What are your favorite musical genres? Some artists whom you listen to, some of your favourite songs?
I’d say it’s a mish-mash of things…nothing too heavy, A bit of pop- rock, jazz…I listen to a lot of acoustic stuff. John Mayer, Tommy Emmanuel and Michael Buble are some of my favourite artists and there are plenty of good songs out there..I could never choose just a few.
Who were the biggest musical influences of your life and why? How did they affect your musical style, composing style, and personality?
I think there were plenty of influences when I was in school and growing up, mostly artists who wrote their own music and were pretty guitar heavy- Jon Bon Jovi, Bryan Adams and plenty of other artists typical of any teenager’s playlist in the 90’s. Other than that, Joe Satriani, Eric Johnson and other artists definitely influenced my playing. It’s hard to put down exactly how they influence your music because it is a process on various levels. Apart from helping you understand various musical technicalities and tricks, they help you learn commitment and the constant work as one attempts to progress towards perfection which is crucial to anyone’s musical journey.
Why was Kadal was the toughest album for you?
I won’t say it was the toughest album but it was challenge as a lot of the music composed for the film is next to impossible to duplicate.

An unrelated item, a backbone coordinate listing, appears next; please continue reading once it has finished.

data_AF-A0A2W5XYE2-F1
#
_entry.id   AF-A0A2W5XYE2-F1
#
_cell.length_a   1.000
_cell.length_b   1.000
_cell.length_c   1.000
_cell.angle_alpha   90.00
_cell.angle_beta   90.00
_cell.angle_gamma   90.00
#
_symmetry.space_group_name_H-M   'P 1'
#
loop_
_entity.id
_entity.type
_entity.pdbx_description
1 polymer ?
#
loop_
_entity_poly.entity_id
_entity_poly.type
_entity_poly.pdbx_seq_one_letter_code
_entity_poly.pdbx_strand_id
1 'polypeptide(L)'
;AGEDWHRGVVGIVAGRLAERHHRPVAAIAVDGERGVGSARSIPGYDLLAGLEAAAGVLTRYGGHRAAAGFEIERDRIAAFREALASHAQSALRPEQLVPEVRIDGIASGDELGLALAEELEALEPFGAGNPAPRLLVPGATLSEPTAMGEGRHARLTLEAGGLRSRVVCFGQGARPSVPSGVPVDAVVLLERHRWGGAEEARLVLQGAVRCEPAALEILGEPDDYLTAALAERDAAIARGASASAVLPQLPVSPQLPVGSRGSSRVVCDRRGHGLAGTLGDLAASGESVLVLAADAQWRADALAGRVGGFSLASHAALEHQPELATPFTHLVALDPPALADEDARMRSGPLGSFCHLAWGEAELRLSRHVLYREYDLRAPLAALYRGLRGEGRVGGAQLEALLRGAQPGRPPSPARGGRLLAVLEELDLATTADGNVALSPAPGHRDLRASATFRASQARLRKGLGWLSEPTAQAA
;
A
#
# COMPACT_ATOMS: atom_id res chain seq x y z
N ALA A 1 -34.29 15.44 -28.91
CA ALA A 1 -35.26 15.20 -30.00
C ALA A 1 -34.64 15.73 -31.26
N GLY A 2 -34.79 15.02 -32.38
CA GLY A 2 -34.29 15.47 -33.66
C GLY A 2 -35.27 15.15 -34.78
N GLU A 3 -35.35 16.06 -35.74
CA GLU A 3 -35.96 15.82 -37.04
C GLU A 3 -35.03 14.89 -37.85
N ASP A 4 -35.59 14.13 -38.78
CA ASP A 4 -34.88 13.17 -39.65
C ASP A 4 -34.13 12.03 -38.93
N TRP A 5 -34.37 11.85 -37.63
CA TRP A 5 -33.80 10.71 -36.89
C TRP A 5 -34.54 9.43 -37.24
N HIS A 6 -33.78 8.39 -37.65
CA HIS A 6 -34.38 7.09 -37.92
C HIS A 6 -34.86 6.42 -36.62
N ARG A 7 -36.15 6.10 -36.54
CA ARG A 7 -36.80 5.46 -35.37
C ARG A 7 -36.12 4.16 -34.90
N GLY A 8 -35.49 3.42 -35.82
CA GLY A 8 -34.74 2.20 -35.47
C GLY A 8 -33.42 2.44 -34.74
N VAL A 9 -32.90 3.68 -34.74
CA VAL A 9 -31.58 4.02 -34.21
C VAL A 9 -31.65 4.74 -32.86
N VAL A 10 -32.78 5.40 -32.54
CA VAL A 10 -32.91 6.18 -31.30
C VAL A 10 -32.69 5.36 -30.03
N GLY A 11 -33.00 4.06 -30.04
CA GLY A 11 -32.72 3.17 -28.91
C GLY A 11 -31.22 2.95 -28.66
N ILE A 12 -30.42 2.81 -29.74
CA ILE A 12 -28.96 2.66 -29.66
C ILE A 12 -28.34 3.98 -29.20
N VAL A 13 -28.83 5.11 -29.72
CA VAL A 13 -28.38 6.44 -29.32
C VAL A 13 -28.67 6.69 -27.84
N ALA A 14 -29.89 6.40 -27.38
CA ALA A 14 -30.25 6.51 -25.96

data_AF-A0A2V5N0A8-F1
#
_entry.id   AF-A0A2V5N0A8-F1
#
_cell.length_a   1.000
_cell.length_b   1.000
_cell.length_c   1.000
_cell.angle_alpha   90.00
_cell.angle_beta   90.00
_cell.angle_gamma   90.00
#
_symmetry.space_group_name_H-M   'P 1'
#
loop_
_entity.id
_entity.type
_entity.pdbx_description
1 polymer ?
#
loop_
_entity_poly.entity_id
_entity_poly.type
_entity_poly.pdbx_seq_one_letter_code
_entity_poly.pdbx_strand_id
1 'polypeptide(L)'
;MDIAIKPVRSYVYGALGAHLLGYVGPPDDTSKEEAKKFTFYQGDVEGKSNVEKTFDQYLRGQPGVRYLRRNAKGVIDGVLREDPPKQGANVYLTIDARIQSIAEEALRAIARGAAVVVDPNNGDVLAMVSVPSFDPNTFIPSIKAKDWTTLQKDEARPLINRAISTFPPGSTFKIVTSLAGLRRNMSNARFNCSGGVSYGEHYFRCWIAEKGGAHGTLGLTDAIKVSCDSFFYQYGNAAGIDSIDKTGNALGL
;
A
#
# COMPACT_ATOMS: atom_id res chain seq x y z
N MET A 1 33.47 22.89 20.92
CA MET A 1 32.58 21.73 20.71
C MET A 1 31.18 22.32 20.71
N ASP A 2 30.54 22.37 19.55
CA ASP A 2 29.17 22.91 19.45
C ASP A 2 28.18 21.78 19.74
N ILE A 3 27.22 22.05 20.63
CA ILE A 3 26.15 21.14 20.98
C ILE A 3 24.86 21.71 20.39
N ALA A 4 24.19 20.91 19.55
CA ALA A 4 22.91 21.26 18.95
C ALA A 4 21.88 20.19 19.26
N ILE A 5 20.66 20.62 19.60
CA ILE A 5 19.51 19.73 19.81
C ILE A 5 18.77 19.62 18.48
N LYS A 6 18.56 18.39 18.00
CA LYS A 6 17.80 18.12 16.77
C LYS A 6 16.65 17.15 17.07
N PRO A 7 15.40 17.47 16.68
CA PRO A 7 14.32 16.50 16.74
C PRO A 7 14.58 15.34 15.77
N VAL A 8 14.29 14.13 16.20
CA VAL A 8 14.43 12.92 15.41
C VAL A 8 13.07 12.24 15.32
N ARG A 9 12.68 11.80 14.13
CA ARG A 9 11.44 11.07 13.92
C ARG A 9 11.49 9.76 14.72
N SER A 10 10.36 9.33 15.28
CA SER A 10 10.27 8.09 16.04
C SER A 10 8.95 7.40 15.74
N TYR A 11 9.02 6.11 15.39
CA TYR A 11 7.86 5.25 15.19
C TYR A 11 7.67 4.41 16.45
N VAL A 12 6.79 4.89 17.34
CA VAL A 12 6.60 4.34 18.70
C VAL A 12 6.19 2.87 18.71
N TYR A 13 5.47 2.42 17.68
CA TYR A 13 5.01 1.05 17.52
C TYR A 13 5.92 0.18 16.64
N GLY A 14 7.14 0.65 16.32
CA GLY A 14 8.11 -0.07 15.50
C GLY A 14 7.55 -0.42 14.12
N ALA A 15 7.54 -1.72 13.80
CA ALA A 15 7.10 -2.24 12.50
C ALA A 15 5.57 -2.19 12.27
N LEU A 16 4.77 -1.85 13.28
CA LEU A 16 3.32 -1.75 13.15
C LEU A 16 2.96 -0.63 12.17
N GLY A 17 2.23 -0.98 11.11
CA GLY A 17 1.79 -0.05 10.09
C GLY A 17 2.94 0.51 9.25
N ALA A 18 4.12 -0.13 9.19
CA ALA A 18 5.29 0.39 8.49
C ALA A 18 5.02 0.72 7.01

What are the qualities you personally feel a composer can possess in terms of treating singers and musicians and in composing style? How do you feel a composer should manage the stresses while delivering the best output?
One quality that is quite hard to find in the Indian music scene is being on-time. This of course should be from both ends- the artists as well as the composer/director. It is as important to be punctual as it is to be creative! Music is fun and if you did it the way it’s meant to be done, it’s stress-free. I guess I’ve been lucky as a majority of the people I’ve worked with haven’t allowed any stress to get in the way. It’s been hard but certainly fun.
You studied engineering but now are a professional, full-time musician. Many singers such as Shankar Mahadevan also have degrees of higher education. But at the time of making such a difficult choice, I’m sure there must have been numerous thoughts must have been flying about from friends and family. What was going on in your head when you decided to break away from the traditional Indian route and following your dream?